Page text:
REVIEW: Lay’s Kettle Cooked Tzatziki Potato Chips (Canada)

Lay’s Kettle Cooked Tzatziki Potato Chips (Canada)

The whole theme of the Do Us A Flavour contest seems to be off-kilter flavours that you wouldn’t otherwise see — going through the various participating countries, this year there’s stuff like Chip Shop Chicken Curry, Cappuccino, and Cinnamon Bun.

Tzatziki chips sound a bit odd at first, but really, condiments and dips are a bedrock of classic chip flavours: e.g. BBQ, ketchup, ranch, and this flavour’s closest cousin, sour cream and onion.

Still, I can’t say that I’d ever tried a tzatziki-flavoured chip, so I was kind of excited to try it.

The first thing that hit me when I opened the bag: the smell. Resting somewhere in the scent spectrum between old cauliflower and a moderately ripe sweat sock, it wasn’t an aroma that filled me with a ton of confidence.

Thankfully, I can say with a great deal of confidence that it is much, much better than it smells.

It’s actually surprisingly good. Like the Do Us A Flavour variety I just reviewed, Cinnamon Bun, it does a really great job of replicating the taste of the thing it’s supposed to be. Unlike that one, however, this is a flavour that you’d actually want on a potato chip.

It starts with an addictive tart, lemony yogurt flavour, with the dill and cucumber coming through a few moments after you start eating it. It ends with a lingering punch of garlic that really drives home the tzatziki flavour.

Lay’s Kettle Cooked Tzatziki Potato Chips (Canada) Closeup

It tastes, in a lot of ways, like a kicked up sour cream and onion, but with the flavours intensified and broadened. I’ve never been a huge fan of that flavour, but this one I liked a fair deal.

It’s not subtle, however. What’s the exact opposite of subtle? Because that’s what these chips are. It’s an intense, face-punch of flavour, so don’t expect to taste anything else for the next little while. In fact, even removing the smell from my fingers was challenging; I had to wash pretty thoroughly with soap two or three times before my hands smelled normal.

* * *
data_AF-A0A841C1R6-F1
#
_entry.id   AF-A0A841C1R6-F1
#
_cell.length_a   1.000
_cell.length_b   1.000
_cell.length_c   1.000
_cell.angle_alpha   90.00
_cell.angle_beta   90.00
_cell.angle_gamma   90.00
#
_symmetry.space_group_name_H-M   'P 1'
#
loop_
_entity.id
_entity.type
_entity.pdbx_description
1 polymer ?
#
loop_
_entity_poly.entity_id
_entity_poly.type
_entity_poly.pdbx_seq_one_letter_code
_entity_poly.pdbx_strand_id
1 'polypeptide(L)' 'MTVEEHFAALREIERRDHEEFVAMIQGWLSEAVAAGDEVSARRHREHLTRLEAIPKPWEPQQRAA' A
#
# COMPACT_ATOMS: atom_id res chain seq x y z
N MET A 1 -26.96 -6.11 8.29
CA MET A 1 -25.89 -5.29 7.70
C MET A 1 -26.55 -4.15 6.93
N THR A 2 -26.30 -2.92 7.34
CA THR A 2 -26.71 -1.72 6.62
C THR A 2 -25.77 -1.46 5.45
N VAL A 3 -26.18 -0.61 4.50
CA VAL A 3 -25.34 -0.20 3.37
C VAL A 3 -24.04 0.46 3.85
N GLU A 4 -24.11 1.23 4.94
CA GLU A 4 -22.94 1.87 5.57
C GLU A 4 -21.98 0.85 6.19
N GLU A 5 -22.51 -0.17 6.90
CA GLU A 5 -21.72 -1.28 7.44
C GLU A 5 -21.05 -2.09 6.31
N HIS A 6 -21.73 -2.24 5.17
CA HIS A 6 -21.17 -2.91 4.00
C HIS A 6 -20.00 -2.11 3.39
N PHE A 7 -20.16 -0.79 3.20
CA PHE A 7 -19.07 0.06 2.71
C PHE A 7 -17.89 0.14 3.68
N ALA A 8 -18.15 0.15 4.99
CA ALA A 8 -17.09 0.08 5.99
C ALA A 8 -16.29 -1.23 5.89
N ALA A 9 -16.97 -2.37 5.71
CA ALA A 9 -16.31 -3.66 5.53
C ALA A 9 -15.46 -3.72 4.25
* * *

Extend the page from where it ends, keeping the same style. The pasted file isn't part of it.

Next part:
Tzatziki is the only one of the four Canadian Do Us A Flavour varieties that’s made with kettle chips, which was a wise choice by Lay’s. The thinner, more delicate regular chips would get completely steamrolled by the aggressive tzatziki taste. The kettle chips, however, do a pretty decent job of standing up to the other flavours.

Ultimately, though the chips are probably a bit too intense to be something you’d want to add to your regular snacking rotation, it’s pretty darn good if you’re in the mood. If you like tzatziki and you like chips, then it’s not even a question. You’ll like these chips.

(Nutrition Facts – 50 grams/per 28 chips – 260 calories, 15 grams of fat, 1.5 grams of saturated fat, 340 milligrams of sodium, 29 grams of carbohydrates, 2 grams of fibre, 1 gram of sugar, 3 grams of protein.)

Item: Lay’s Kettle Cooked Tzatziki Potato Chips (Canada)
Purchased Price: $3.69 CAN
Size: 180 gram bag
Purchased at: Longos
Rating: 8 out of 10
Pros: Captures the tzatziki flavour perfectly. Addictive. Kettle chips hold up well to the very aggressive flavour.
Cons: Getting punched in the face with flavour. Lingering aftertaste. Sweat sock aroma.

REVIEW: Hostess Chocodile Twinkies

Hostess Chocodile Twinkies

I am an animal.

An animal with all the habits, flaws, and self-imposed delusions that accompany being a carbon-constructed mammal with opposable thumbs, and thus I found myself appreciating all these animal traits as I put those opposable thumbs in my special lunchtime skill: ripping open the cellophane wrapper of a snack cake.

I’ve eaten enough Ding-Dongs, Yodels, and other snack-cakes-with-onomatopoeic-names to fill the pages of a small comic book series. Needless to say, I was celebratory in discovering that Hostess’s former West Coast exclusive, the Chocodile, had been reintroduced and expanded its horizons, migrating to shelves around all around this fine country. If you, like me, find yourself clawing for the Zingers and Sno-balls, shaking the vending machine for that last pack of Zebra Cakes, that one Oatmeal Crème Pie, come, fellow snacker, and we shall delve into plastic-wrapped horizons.

Hostess Chocodile Twinkies Chocodile in its natural habitat

I can think of 12 good reasons why a miniature oblong cake is better than a cupcake. One is that you are now equipped with a contextually sensible way to use “oblong” in a sentence. Another is that the cake specimen has equal frosting distribution. In a cupcake, there’s often a glob of frosting, pillowing at the top. Even worse, sometimes, you even have to play favorites: do I want the cupcake with the sprinkles or the one with the fancy frosting ribbon on top? Then, you have to fight for the one you want before someone else gets it (“Get away! That’s my frosting ribbon!”).

Here, not so much. Every cake is the same. Not only do you get a glaze of chocolatey something enveloping your cake in an even layer, but you also get crème filling all the way through. There’s no overwhelming decision-making. No “perfect ratio.” No, “Should I go for the middle first, or save the middle bite for last while sacrificing my fingers as they’re trying to work around the edges so I can save the pile of frosting?” None of that. It’s equally massive poofs of frosting. All day. All the time.